Travel: Self-Discovery

Recently I had a long flight.  It was not one of those thirteen or fifteen hour flights to Asia.  Those are killers.  But this flight was long enough.  I am one of those older folks who always want to tell people that flying today is not like it was!  That is not unusual.  Most things today are not like they used to be!  But older folks want to tell the story.           

Of course, in the older days there was no security control.  Families would accompany the one taking the trip and often the whole gang would go right to the gate.  In fact, the family could almost walk into the plane, say good-bye and then leave.  At least, that is how I remember it!  The other thing I remember is that most people dressed up when they were to fly.  It was almost as if the journey was going to be a sacred undertaking.  Dressing up was required, like going to church.  But in the old days, most of the travelers were probably business people and they always had to dress up anyway.  No doubt, we all put a twist on our own memory.           

My recent trip was nothing like the good old days.  I was dressed in jeans, sneakers, etc.  Security is serious business, so friends and families cannot get close to that threshold to the skyways.  Because you have to go through security, you usually are at the gate much earlier than needed.  There always is a great deal of time to wait.  That is when the people watching begins.           

Any poor soul with a very young child is often treated like someone with a disease.  People begin to pray that the crying child sits as far away as possible when everyone is boarded!  People with weight problems are also dreaded.  Again even the atheist is tempted to pray, “Lord, please do not let me be seated next to him!”  And then there are the folks who seem actually to be diseased.  Some poor people really are sick.  There are colds, sniffles, coughs, etc.  Those are the obvious problems.  Who knows about the really silent, deadly problems lurking in the bodies of those who will board that same plastic cocoon (or whatever it is made of) that we all voluntarily enter.           

The doors shut and we are captive for hours.  Once we are on board, the sick people continue to be sick.  Some even seem to get worse because of the dry air or whatever.  The heavy folks continue to be heavy.  The kids continue to be kids.  Sometimes they beginning crying immediately and that confirms our worst nightmare.  Sometimes through divine intervention, they drift off to sleep.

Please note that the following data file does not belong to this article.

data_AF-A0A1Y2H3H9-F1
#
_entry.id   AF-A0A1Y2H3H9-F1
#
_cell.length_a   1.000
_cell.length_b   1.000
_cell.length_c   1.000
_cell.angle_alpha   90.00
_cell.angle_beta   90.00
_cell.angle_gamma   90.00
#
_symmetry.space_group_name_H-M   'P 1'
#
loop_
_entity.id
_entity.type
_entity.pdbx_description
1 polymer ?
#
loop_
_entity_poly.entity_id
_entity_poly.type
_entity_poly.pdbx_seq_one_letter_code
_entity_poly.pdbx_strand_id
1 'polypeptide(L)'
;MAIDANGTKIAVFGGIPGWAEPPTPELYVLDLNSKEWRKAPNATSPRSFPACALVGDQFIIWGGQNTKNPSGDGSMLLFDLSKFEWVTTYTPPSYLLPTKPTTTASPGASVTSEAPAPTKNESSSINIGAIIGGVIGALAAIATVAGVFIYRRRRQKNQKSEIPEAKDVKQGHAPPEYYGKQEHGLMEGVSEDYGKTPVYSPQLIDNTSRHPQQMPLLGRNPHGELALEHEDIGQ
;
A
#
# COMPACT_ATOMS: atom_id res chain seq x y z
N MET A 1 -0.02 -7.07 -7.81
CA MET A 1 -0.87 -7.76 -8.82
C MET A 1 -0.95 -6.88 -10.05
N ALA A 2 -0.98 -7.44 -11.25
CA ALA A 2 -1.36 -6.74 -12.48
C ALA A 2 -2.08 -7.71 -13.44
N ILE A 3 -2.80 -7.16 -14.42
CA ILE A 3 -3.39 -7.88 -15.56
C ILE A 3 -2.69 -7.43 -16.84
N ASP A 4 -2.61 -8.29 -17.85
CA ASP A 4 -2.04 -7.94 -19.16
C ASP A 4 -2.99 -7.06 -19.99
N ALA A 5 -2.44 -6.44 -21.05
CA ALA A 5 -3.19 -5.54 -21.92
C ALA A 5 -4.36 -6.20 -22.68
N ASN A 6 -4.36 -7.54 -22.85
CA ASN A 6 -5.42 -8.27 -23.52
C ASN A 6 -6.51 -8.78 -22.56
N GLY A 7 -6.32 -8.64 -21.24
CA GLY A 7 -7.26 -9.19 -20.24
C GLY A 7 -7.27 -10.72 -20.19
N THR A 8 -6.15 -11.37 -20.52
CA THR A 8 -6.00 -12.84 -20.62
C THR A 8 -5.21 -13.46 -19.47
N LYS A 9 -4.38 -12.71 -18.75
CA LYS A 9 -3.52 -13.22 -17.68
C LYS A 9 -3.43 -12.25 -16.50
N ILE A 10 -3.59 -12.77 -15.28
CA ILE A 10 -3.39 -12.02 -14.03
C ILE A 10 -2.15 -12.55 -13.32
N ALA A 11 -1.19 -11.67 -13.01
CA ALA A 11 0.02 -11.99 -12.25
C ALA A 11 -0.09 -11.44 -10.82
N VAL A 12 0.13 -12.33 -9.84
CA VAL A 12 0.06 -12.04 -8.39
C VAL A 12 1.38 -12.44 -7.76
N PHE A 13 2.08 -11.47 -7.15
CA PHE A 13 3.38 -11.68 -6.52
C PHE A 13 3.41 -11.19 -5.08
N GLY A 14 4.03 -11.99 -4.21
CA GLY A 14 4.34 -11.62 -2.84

I don’t ever remember a flight---particularly a long flight---being a spiritual experience.  But reflecting on my last flight, I realized the problem was mine.  It took a few aeronautical miles to come to grips with the fact that the problem was mine.  After all, I am not a kid, not sick that I know of, not overweight.  As I saw it, I was the perfect passenger subjected to a minefield of imperfect passengers!  Only by the grace of God and, probably some beneficent twist of fate would I survive one more long flight.           

Reflection brought me down from my 35,000 feet in the sky perspective.  I had to admit that I am not the perfect passenger.  Oh, for sure, I was a passenger on the plane.  But perfect I was not.  And as a passenger through life, I am not perfect either.  I realized my long plane ride was becoming an analogy for our journey through life.  I had much to learn and, of course, a few hard truths to accept.           

Life is like the plane ride.  We journey through life by ourselves, but often in the company of many people whom we have not chosen.  Many of them won’t be like me.  And if I had a choice, in all honesty I probably would not have chosen to travel with them.  Some are sick; there are crying kids; some adults seem crazy; too many are overweight.  Some are too tall.  I even think some look boring, but I have no clue how I would know that!           

Suddenly it is as if God revealed the mirror into which I could have been looking.  I might be very boring to someone.  I have been sick in the past and probably will get sick again.  No doubt, I have my crazy moments.  I am not a kid, but there are times when all I want to do is cry.  Actually, many of my fellow travelers likely would not choose me, if they had a choice.           

Perhaps we all are misfits travelling on the plane of life.  It made me glad that I am not God---not in charge.  I prefer being graced to being God.  I vowed to use this long flight as an opportunity for developing the self-discovery I was experiencing.  Could I learn to be graceful instead of grumpy?  Could I learn to accept every person on the plane---and on the plane of life---instead of selectively wishing some would not make it?           

Being spiritual is a tall order.  No wonder it is a long trip.  Self-discovery is typically the first step.  But it is only the first step.  The next step is the first step into the beginning walk into the love like God’s. I am taking baby steps, but I am moving. 

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